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Separate Sexual Identity and State

A Commentary By Daniel McCarthy

A new crime wave has gripped the country, and this time progressives are calling for harsh penalties, even charging teenagers with felonies.

That's because this crime is political, and these teens are accused of disrespecting the flag -- the pride flag, that is.

The latest front in the culture war is the humble urban crosswalk.

Hip cities across the land, or at any rate cities that want to be perceived as hip, have taken to repainting crosswalks with the colors, stripes and chevrons of the LGBTQ flag.

In some places, this is a "Pride Month" display -- but elsewhere, including in Nashville, Tennessee, Alexandria, Virginia, and Westport, Connecticut, these are permanent changes to the cityscape.

If these municipalities had put up statues honoring war heroes or Founding Fathers, teen vandalism with a political edge might be tolerated.

But in Delray Beach, Florida, and Spokane, Washington, teens in pickup trucks or on Lime scooters are peeling out their tires on the sacred emblem of every-sexuality-but-hetero, and for that there's zero tolerance.

Nineteen-year-old Ruslan Turko and two unnamed minors are charged with first degree malicious mischief in Spokane.

Do police there usually make a priority of chasing down kids who leave skid marks on crosswalks?

Those teens aren't in trouble for what they did but for what they thought and meant -- and what one of them is alleged to have said: "F--k you, f----t!"
It's not easy to get arrested in America's cities just for using four-letter words or marking up a road with tire tracks, but for speaking ill of queer people and defacing their symbol?

We still have the First Amendment, but the separation of church and state doesn't apply to sexuality and state.

So we have, in effect, a new kind of blasphemy law prohibiting insults against gay symbols instead of religious ones.

Delray Beach police spent a week investigating the crime of defacing a crosswalk flag there before 19-year-old Dylan Brewer turned himself in.
He's charged with felony mischief, too.

Law enforcement put out a statement making the ideological nature of his offense clear:

"The reckless action caused significant damage to the streetscape painting, which serves as a symbol of unity and inclusivity for the LGBTQ community."
This was no mere traffic violation.

The country might be a calmer place if rowdy teenagers were routinely busted for anti-social behavior.

But the cities treating these kids like Jan. 6 protesters aren't trying to clean up the streets -- they're legislating morality.

Even now, liberals insist they're against that:

They still say it's unconstitutional when Louisiana passes a law that puts the Ten Commandments in every public-school classroom in the state.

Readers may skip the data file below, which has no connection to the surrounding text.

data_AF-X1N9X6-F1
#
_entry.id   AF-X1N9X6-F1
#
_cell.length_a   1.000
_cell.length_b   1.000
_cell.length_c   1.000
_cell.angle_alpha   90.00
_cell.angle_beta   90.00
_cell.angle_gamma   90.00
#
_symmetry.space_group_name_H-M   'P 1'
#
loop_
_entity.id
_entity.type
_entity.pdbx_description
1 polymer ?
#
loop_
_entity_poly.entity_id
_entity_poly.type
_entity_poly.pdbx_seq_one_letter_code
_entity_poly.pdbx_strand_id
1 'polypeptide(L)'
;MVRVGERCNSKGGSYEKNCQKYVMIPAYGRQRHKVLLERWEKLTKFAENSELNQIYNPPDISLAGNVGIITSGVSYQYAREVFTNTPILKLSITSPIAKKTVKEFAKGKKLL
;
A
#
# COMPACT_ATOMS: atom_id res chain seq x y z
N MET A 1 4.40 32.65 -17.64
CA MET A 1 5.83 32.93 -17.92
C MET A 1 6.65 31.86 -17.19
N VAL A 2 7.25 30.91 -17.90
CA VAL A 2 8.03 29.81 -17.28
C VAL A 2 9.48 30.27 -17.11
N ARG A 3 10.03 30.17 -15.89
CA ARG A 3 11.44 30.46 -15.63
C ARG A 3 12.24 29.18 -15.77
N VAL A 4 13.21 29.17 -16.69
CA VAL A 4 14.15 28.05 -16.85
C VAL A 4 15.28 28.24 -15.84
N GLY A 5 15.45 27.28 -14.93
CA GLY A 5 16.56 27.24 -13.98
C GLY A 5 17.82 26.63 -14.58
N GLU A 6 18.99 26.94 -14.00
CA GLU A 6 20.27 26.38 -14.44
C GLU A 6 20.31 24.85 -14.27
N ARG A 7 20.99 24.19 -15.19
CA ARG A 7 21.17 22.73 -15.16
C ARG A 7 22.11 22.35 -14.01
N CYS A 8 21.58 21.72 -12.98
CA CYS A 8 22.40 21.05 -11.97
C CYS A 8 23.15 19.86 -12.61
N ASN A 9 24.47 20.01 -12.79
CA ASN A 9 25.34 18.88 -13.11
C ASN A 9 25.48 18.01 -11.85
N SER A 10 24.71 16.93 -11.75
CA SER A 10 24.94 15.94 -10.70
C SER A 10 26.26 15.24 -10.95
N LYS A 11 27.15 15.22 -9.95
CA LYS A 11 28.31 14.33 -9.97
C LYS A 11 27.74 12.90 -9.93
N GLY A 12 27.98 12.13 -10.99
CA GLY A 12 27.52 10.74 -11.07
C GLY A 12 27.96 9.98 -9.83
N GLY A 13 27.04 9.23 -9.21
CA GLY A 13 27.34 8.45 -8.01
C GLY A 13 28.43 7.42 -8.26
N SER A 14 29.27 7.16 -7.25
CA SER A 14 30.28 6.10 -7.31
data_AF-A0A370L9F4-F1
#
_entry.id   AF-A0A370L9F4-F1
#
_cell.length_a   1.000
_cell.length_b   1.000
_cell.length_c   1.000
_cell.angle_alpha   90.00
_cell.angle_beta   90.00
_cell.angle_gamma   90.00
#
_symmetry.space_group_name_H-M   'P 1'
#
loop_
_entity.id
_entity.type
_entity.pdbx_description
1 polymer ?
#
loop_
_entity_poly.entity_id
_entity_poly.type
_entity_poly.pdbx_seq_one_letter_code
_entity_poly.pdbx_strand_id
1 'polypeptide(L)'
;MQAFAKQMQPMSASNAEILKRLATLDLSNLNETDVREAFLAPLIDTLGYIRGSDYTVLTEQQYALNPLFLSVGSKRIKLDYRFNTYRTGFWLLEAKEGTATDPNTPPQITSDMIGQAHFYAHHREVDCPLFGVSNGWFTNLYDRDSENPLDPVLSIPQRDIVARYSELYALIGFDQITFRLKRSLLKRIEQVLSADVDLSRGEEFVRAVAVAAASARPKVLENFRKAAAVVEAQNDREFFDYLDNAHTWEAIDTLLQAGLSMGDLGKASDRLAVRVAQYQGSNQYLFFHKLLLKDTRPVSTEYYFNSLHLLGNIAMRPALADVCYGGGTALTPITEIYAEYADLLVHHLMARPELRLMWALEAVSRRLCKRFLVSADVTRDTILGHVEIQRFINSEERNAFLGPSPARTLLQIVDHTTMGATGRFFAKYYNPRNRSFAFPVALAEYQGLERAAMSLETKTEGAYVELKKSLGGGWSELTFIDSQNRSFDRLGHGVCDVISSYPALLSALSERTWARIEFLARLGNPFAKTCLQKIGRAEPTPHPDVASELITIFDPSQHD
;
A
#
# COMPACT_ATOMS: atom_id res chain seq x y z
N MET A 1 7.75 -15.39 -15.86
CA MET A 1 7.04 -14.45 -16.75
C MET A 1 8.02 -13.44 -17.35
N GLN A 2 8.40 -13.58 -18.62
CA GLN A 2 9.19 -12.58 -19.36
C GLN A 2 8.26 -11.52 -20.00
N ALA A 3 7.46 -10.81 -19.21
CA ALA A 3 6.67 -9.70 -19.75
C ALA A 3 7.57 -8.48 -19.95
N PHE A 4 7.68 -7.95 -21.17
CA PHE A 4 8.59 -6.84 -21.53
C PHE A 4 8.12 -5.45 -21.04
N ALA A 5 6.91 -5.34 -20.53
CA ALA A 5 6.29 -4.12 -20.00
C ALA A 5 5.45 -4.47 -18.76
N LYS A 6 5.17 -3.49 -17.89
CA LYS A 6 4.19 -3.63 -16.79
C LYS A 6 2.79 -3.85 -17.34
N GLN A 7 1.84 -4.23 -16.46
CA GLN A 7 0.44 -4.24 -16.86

Progressives would never countenance painting a Christian cross on a public crosswalk.

But what makes one group's symbol of pride different from another's symbol of love?

What gives the LGBTQ community a right to an official presence in public that's denied to religious believers?

"The legitimate powers of government reach actions only, & not opinions," wrote Thomas Jefferson in the same 1802 letter to the Baptists of Danbury, Connecticut, where he characterized the First Amendment as "building a wall of separation between Church & State."

The Danbury Baptists weren't enemies of religion, of course -- their complaint was that they should not be taxed to pay for a religion that wasn't their own, in this case Connecticut's established Congregationalist church.

But if Baptists shouldn't be taxed to pay for Congregationalist privileges, and if it's unconscionable to tax Jews to pay for Christian public symbols, why should all religious believers -- many of whose traditions teach morals incompatible with queer lifestyles -- be taxed to pay for gay pride?

Progressive sexuality is as exclusive as any religion: if you doubt that, ask anyone leading a pride parade whether "straight pride" is part of the celebration.
A sexual identity is unavoidably a moral identity, just as a religious one is.

In other contexts, progressives say America is a pluralistic country that can't impose one view of disputed moral matters on everybody through government power.
But they make an exception to that where sexual morality is concerned.

There's a fork in the road here:

If liberals want to separate church and state, they have to acknowledge that the same principle separates sexuality and state, and pride-flag crosswalks violate the principle.
A conscientious religious believer, or unbeliever, should no more be forced to pay for the symbols of somebody else's sexuality than he or she should be coerced into paying for somebody else's church.

Alternatively, liberals can reject their hypocrisy and admit that if city governments are free to subsidize and publicly promote gay pride, the state of Louisiana or any other state can publicly honor a religion.

The teens who vandalized the Delray Beach and Spokane crosswalks were wrong to do so.

But they've called attention to another wrong -- the one committed by those cities that have enshrined sexuality as an official religion.

Daniel McCarthy is the editor of Modern Age: A Conservative Review. To read more by Daniel McCarthy, visit www.creators.com.


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